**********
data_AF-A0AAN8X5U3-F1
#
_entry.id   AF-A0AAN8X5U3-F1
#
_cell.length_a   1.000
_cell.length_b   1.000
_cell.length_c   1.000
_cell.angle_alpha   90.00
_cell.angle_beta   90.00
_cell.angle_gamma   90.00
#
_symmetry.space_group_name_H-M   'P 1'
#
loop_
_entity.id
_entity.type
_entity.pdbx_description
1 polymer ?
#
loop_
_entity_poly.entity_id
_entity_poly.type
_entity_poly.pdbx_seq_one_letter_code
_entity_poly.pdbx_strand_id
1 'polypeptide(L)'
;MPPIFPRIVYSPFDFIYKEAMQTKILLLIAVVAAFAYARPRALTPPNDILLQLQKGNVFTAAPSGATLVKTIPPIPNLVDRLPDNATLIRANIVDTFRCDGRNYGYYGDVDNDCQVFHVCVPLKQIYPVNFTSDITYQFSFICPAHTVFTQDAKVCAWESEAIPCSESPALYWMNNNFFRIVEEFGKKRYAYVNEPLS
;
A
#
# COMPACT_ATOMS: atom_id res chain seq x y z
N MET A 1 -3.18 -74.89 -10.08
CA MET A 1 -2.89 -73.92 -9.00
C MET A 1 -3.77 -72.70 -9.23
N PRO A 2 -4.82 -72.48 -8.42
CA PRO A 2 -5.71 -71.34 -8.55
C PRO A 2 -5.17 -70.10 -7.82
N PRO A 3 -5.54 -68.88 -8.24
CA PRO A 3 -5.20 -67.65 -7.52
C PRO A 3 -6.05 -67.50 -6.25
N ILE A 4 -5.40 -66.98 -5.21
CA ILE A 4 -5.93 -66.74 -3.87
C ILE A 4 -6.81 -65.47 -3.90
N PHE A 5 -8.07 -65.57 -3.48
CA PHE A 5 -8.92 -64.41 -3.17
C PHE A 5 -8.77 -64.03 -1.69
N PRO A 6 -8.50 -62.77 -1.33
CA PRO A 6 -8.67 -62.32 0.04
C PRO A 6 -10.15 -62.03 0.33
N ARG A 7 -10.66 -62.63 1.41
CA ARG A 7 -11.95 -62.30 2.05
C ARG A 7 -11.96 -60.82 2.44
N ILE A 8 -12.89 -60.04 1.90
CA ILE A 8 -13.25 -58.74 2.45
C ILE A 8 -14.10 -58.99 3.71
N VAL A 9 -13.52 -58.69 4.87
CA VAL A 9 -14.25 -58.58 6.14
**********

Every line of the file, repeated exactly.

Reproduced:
data_AF-A0AAN8X5U3-F1
#
_entry.id   AF-A0AAN8X5U3-F1
#
_cell.length_a   1.000
_cell.length_b   1.000
_cell.length_c   1.000
_cell.angle_alpha   90.00
_cell.angle_beta   90.00
_cell.angle_gamma   90.00
#
_symmetry.space_group_name_H-M   'P 1'
#
loop_
_entity.id
_entity.type
_entity.pdbx_description
1 polymer ?
#
loop_
_entity_poly.entity_id
_entity_poly.type
_entity_poly.pdbx_seq_one_letter_code
_entity_poly.pdbx_strand_id
1 'polypeptide(L)'
;MPPIFPRIVYSPFDFIYKEAMQTKILLLIAVVAAFAYARPRALTPPNDILLQLQKGNVFTAAPSGATLVKTIPPIPNLVDRLPDNATLIRANIVDTFRCDGRNYGYYGDVDNDCQVFHVCVPLKQIYPVNFTSDITYQFSFICPAHTVFTQDAKVCAWESEAIPCSESPALYWMNNNFFRIVEEFGKKRYAYVNEPLS
;
A
#
# COMPACT_ATOMS: atom_id res chain seq x y z
N MET A 1 -3.18 -74.89 -10.08
CA MET A 1 -2.89 -73.92 -9.00
C MET A 1 -3.77 -72.70 -9.23
N PRO A 2 -4.82 -72.48 -8.42
CA PRO A 2 -5.71 -71.34 -8.55
C PRO A 2 -5.17 -70.10 -7.82
N PRO A 3 -5.54 -68.88 -8.24
CA PRO A 3 -5.20 -67.65 -7.52
C PRO A 3 -6.05 -67.50 -6.25
N ILE A 4 -5.40 -66.98 -5.21
CA ILE A 4 -5.93 -66.74 -3.87
C ILE A 4 -6.81 -65.47 -3.90
N PHE A 5 -8.07 -65.57 -3.48
CA PHE A 5 -8.92 -64.41 -3.17
C PHE A 5 -8.77 -64.03 -1.69
N PRO A 6 -8.50 -62.77 -1.33
CA PRO A 6 -8.67 -62.32 0.04
C PRO A 6 -10.15 -62.03 0.33
N ARG A 7 -10.66 -62.63 1.41
CA ARG A 7 -11.95 -62.30 2.05
C ARG A 7 -11.96 -60.82 2.44
N ILE A 8 -12.89 -60.04 1.90
CA ILE A 8 -13.25 -58.74 2.45
C ILE A 8 -14.10 -58.99 3.71
N VAL A 9 -13.52 -58.69 4.87
CA VAL A 9 -14.25 -58.58 6.14